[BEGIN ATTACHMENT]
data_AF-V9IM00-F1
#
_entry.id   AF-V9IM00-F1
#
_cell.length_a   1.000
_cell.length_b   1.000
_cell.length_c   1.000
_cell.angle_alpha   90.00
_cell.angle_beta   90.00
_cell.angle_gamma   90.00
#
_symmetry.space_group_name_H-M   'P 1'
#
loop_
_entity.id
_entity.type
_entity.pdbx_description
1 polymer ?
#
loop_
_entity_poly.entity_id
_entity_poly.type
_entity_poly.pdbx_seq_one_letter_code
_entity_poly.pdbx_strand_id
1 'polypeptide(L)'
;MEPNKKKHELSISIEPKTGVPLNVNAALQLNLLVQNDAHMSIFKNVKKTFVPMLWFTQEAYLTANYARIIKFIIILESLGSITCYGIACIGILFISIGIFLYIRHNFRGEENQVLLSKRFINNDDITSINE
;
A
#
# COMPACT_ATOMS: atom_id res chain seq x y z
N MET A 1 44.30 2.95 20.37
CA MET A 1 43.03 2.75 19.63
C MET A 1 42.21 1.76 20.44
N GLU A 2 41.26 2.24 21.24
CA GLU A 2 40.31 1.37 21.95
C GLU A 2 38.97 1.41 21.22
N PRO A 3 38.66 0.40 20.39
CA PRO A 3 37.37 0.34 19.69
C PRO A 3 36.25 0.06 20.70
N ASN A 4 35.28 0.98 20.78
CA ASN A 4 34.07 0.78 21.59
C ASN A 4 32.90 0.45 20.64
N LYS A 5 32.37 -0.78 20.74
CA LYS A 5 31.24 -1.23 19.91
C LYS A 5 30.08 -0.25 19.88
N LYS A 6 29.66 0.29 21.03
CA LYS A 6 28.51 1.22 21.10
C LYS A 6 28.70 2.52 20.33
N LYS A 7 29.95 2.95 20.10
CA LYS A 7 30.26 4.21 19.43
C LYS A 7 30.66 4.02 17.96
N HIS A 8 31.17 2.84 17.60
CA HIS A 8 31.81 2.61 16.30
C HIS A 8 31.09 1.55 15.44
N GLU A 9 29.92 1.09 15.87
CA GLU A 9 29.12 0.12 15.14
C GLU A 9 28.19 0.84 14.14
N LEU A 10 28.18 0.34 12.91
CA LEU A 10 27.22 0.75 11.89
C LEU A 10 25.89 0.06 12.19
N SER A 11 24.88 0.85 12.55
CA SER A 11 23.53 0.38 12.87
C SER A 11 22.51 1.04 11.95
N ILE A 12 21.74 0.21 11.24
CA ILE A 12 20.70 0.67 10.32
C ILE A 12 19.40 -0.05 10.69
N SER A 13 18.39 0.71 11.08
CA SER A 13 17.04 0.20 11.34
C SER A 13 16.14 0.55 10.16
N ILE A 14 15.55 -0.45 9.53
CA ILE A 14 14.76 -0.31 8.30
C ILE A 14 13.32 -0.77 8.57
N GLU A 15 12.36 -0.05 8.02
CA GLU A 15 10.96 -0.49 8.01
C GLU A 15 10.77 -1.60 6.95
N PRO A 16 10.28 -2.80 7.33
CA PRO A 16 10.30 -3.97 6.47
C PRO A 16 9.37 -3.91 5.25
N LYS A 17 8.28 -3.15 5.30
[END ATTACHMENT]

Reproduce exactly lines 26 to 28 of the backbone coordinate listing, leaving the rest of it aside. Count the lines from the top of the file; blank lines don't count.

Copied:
;MEPNKKKHELSISIEPKTGVPLNVNAALQLNLLVQNDAHMSIFKNVKKTFVPMLWFTQEAYLTANYARIIKFIIILESLGSITCYGIACIGILFISIGIFLYIRHNFRGEENQVLLSKRFINNDDITSINE
;
A